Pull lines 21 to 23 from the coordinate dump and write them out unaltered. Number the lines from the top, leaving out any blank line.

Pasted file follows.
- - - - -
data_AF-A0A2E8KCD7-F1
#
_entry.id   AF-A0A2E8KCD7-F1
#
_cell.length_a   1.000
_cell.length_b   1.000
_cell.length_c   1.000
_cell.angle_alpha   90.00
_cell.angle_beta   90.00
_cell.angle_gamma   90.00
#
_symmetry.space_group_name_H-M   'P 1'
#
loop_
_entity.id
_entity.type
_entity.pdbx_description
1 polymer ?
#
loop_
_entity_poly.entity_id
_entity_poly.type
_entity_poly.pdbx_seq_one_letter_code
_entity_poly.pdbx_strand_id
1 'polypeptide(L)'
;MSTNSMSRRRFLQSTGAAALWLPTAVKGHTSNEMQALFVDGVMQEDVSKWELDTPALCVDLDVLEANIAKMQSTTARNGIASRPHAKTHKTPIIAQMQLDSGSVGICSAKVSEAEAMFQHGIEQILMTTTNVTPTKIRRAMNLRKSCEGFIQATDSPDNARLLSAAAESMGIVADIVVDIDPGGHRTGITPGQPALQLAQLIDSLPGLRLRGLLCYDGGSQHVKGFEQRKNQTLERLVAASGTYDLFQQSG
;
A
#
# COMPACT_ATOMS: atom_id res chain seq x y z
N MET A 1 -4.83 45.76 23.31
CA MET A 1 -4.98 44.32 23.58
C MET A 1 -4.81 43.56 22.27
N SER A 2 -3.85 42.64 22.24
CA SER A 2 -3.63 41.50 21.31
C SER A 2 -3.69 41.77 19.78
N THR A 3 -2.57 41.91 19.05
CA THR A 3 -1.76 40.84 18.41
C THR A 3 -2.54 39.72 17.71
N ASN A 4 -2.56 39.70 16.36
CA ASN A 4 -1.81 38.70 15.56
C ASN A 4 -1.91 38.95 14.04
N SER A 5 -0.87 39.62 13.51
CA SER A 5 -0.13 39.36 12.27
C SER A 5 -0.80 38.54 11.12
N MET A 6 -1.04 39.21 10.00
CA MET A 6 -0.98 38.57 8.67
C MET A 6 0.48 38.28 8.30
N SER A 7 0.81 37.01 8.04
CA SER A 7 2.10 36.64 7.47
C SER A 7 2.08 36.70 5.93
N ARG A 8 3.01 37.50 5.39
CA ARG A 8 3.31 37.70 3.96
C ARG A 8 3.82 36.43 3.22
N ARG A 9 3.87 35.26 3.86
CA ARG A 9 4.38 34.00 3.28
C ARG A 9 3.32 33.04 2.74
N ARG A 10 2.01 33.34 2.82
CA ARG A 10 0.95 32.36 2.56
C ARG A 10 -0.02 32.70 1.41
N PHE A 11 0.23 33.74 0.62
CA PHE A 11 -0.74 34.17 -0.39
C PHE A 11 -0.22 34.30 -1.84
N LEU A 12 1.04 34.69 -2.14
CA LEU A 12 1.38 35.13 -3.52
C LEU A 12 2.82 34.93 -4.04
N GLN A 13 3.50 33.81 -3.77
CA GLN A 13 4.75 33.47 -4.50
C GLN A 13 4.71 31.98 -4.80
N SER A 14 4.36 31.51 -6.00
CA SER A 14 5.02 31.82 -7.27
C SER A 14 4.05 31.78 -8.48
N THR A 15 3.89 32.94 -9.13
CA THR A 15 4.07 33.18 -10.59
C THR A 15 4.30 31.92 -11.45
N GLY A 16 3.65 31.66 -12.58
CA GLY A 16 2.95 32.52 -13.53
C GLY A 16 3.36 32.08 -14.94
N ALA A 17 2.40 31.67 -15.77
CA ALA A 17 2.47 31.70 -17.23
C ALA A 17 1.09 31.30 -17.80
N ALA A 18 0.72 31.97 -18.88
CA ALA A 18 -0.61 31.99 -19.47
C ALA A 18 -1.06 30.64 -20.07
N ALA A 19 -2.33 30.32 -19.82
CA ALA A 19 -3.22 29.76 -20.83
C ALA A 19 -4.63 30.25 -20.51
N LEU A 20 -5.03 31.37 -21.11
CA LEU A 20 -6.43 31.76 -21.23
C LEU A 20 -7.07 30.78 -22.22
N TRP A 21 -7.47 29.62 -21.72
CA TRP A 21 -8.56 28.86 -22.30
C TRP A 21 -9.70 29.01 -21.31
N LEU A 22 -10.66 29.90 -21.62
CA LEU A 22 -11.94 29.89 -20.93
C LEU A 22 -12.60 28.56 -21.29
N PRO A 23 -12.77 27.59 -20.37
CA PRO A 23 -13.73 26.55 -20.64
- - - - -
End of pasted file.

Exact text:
_entity_poly.entity_id
_entity_poly.type
_entity_poly.pdbx_seq_one_letter_code